UMS in the Classroom: Apollo’s Fire Baroque Orchestra and Chorus
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Interested in using a UMS performance in your university classroom? For each performance on the season, we provide suggested curricular connections, links to contextual material online, citations for scholarly material, and prompts for classroom discussion. For additional resources and individualized curricular support, please contact Shannon Fitzsimons Moen, UMS Campus Engagement Specialist, at email@example.com or (734) 764-3903.
UMS is also committed to making our performances an affordable part of the academic experience. Our Classroom Ticket Program provides $15 tickets to students and faculty for performances that are a course requirement. Please email firstname.lastname@example.org to set up a group order.
This performance may connect meaningfully with courses in the following schools and disciplines:
- Classical Studies
- Comparative Literature
- Germanic Languages and Literatures
- Early Music
- Music Education
- Winds & Percussion
- Hear Apollo’s Fire director Jeannette Sorrell share the excitement, passion, and adventurous spirit of Baroque music as the group celebrates 25 years of music making.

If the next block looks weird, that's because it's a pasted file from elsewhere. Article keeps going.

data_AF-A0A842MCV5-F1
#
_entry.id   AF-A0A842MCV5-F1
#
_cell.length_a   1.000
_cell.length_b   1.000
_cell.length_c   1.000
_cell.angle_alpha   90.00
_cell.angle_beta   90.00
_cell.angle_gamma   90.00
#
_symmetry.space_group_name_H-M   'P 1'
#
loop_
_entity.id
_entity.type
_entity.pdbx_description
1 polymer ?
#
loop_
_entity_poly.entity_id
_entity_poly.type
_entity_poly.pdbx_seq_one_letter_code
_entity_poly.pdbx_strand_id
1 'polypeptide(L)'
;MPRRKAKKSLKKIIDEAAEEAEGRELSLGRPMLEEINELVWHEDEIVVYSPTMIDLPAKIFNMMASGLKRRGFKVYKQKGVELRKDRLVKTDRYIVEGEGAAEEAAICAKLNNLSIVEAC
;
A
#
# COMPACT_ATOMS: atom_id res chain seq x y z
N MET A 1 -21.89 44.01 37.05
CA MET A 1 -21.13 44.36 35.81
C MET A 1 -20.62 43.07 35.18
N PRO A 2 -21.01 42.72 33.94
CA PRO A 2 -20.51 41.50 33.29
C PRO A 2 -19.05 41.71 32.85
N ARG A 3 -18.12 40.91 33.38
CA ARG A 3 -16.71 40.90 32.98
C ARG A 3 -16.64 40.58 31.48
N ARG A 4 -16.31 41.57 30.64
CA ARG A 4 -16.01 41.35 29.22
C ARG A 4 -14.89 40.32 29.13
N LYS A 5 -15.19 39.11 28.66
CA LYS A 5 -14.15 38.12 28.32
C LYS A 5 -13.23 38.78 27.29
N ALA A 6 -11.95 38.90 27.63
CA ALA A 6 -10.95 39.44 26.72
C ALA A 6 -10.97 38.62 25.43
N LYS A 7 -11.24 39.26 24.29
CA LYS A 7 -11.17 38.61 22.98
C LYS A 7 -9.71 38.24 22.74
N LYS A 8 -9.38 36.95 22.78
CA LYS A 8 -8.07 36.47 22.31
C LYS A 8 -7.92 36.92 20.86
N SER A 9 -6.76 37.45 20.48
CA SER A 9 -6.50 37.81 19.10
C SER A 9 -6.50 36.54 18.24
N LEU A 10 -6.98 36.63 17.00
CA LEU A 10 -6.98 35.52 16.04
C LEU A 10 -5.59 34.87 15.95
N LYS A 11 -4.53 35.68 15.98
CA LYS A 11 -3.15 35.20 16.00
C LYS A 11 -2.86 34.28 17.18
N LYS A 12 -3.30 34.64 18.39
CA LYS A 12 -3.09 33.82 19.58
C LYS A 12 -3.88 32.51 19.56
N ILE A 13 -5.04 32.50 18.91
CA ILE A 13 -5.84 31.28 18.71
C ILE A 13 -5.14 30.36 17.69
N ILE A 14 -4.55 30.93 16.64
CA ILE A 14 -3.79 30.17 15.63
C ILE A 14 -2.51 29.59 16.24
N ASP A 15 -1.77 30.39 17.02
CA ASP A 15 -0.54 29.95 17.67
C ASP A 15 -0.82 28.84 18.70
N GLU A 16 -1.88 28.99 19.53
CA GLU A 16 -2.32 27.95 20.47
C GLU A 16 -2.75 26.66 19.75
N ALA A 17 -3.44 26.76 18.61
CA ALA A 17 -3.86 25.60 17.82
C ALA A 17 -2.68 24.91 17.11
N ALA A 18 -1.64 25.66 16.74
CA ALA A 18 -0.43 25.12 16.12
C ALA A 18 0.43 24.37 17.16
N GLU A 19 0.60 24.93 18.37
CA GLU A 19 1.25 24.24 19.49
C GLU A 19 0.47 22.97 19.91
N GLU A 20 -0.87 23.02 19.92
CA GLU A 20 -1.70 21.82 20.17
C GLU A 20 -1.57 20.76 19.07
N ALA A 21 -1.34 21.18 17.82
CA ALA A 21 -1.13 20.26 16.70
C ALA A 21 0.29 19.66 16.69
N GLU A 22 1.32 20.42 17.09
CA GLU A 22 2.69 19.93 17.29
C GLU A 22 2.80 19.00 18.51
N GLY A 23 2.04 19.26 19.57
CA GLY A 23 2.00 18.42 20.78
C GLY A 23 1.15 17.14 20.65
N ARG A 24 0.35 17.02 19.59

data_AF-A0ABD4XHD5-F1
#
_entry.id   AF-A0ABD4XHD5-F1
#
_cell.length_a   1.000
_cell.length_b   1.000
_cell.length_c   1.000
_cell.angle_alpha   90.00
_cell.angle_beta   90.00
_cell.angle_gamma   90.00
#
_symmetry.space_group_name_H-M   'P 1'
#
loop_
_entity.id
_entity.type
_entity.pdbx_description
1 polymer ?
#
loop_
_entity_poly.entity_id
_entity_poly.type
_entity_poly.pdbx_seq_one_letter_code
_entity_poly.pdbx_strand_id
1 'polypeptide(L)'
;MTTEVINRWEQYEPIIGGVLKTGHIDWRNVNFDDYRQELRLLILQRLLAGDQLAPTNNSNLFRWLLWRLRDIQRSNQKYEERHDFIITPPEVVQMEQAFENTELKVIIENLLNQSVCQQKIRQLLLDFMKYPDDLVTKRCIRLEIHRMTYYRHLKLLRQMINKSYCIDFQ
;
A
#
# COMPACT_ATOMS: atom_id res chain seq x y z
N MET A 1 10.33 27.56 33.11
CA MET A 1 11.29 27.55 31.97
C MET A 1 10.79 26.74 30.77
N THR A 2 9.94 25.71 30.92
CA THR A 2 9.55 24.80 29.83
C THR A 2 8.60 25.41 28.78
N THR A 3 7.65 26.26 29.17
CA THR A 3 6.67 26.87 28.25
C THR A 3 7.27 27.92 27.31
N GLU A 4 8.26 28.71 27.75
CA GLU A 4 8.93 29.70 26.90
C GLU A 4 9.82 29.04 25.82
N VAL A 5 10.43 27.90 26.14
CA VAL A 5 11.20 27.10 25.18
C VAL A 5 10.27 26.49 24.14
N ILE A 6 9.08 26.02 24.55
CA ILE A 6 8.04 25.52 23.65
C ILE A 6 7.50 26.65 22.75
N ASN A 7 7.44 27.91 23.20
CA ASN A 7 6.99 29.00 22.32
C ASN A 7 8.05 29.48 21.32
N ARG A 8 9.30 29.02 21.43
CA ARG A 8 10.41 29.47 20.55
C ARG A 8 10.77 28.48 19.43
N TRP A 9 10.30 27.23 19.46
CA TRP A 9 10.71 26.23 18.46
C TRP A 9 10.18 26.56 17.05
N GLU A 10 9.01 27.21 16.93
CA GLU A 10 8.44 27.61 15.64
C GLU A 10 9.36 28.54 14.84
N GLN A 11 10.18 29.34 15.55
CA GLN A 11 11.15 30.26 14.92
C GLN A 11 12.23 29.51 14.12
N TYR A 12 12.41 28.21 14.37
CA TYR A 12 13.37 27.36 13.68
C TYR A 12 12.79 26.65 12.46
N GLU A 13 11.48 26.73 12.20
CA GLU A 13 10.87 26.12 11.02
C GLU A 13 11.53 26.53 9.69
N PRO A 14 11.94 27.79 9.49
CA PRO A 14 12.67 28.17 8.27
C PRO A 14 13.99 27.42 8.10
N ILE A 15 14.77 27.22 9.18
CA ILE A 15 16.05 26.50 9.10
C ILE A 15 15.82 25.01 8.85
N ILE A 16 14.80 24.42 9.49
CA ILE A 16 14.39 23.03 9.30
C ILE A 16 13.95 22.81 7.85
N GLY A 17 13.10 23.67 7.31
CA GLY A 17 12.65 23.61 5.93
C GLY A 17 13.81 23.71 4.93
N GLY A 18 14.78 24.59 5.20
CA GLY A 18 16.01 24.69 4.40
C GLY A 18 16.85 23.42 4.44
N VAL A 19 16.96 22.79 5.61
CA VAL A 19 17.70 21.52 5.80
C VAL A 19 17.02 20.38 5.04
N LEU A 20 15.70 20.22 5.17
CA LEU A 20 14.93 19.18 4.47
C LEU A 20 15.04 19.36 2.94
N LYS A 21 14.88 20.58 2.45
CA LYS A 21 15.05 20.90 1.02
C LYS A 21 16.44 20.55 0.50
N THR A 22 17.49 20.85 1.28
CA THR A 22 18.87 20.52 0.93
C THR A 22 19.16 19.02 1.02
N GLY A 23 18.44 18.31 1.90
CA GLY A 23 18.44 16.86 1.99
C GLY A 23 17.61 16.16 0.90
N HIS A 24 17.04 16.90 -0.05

- Read about the story of L’Orfeo and listen to excerpts of La Scala’s production on NPR.
- Learn how L’Orfeo and other Baroque operas were staged in Evan Baker’s From the Score to the Stage: An Illustrated History of Continental Opera Production and Staging (University of Chicago Press, 2013).
- Most productions of Monteverdi’s opera end with the sun god Apollo coming down from the heavens to reunite Orpheus with his lost wife, Euridice. Apollo’s Fire, however, will be performing a reconstruction of the lost “bacchanale” ending, in which Orpheus meets his demise at the hands of the female followers of Bacchus. Why do you think Monteverdi removed the bacchanale ending from the premiere, instead favoring the Apollo ending? How does the tone of the ending affect your overall experience of the opera?
- Apollo’s Fire’s mission is to present Baroque music as it was originally intended–alive and full of emotional impact. What aspects of their performance did you find striking? How did the performers communicate with the audience? With each other? Did their performance change your perceptions about the art form? In what ways?